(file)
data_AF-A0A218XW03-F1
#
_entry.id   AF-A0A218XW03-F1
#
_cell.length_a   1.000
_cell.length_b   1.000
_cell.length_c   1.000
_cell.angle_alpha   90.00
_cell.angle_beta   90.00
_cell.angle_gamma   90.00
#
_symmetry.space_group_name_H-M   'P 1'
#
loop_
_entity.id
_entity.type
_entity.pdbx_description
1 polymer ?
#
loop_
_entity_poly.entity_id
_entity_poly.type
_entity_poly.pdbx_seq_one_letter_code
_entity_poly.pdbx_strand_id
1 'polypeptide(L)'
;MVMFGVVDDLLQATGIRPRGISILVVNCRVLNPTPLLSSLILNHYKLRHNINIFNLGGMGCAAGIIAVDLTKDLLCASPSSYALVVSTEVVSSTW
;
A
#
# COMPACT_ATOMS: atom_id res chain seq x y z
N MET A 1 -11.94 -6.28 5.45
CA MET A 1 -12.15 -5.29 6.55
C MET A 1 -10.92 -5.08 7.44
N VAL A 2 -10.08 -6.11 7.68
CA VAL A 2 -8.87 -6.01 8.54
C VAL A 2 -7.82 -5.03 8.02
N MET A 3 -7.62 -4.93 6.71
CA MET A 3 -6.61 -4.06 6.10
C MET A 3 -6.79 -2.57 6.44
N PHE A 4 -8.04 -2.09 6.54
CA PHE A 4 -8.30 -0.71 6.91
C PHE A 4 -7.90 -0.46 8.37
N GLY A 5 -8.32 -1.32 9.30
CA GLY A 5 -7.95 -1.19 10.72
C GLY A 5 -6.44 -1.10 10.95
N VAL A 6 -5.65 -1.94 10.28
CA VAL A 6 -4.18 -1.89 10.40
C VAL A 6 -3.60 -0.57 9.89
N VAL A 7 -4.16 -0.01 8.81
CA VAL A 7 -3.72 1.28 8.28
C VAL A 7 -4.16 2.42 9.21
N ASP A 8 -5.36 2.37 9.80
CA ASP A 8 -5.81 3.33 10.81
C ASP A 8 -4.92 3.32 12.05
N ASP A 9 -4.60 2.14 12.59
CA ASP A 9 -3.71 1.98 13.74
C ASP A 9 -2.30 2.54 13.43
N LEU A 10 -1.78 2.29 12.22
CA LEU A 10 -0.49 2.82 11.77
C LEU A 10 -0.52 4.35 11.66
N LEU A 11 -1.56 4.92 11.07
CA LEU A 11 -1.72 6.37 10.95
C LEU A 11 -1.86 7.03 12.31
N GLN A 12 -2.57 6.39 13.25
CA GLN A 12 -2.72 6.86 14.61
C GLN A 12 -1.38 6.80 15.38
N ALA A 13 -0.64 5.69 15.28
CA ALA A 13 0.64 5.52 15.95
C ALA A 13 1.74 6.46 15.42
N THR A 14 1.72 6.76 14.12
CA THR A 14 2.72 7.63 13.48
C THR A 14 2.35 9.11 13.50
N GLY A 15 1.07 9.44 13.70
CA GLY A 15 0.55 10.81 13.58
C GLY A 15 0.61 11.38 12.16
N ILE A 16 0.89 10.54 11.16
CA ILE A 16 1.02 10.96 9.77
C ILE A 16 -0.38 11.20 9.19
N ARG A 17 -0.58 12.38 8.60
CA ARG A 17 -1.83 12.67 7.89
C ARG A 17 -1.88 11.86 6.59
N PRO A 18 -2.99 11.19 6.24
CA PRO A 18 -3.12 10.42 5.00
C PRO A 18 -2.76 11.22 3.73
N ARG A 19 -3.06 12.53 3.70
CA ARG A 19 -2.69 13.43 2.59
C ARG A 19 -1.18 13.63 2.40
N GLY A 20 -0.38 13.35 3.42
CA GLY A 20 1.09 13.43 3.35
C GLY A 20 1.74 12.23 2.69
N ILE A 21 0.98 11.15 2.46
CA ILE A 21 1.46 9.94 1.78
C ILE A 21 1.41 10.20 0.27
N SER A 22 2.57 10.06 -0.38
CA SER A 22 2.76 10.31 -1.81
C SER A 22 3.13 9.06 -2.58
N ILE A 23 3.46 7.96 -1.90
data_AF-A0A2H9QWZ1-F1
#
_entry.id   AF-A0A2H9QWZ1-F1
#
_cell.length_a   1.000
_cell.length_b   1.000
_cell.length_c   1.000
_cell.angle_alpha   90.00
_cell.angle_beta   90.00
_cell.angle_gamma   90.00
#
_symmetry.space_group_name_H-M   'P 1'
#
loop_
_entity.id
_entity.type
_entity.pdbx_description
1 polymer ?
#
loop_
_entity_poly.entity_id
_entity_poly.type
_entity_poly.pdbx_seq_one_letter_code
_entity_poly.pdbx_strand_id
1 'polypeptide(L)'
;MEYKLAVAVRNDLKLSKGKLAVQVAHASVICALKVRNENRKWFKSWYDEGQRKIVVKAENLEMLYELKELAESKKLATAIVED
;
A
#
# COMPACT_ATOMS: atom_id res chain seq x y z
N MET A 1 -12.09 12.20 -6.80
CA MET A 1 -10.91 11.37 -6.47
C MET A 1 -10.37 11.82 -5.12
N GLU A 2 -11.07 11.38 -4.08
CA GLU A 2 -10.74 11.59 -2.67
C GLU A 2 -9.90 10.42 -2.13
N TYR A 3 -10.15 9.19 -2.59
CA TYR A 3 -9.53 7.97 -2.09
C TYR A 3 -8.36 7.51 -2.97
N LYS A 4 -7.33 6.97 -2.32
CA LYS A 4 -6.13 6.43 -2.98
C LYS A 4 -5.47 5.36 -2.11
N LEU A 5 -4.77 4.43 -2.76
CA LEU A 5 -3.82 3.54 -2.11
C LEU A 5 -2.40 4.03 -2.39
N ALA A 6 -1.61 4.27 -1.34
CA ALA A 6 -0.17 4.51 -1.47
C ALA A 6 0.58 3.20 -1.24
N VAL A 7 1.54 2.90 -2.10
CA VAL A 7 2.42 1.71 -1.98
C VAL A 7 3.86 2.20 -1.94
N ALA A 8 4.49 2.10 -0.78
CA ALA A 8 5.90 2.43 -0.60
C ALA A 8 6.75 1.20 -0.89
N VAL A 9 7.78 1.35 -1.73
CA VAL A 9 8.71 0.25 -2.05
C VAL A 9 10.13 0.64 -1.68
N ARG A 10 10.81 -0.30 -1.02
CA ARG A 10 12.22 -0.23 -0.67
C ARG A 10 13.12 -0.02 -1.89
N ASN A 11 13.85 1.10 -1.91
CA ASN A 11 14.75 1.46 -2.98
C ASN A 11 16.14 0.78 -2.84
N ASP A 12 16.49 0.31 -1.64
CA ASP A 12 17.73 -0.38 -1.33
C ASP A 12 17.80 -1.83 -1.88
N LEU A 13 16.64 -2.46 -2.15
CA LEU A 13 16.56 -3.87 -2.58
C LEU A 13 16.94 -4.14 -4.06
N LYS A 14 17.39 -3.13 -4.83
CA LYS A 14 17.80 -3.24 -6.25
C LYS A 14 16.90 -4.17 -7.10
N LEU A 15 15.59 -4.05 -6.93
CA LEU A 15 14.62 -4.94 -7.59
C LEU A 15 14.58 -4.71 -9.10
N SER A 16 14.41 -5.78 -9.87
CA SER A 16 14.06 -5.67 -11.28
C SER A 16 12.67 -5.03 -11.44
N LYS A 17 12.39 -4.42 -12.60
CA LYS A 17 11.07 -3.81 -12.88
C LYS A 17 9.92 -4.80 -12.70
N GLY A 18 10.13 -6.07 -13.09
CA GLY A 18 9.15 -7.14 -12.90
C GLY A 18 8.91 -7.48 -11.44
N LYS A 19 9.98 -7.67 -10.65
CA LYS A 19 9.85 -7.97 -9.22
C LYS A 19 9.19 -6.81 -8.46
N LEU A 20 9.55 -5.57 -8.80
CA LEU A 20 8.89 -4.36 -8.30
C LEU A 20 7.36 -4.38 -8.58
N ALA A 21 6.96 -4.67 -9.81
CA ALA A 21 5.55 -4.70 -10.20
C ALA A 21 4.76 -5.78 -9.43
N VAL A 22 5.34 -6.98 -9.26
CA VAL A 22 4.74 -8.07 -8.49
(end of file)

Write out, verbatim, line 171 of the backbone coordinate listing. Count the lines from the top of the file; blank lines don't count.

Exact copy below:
CA LEU A 15 14.62 -4.94 -7.59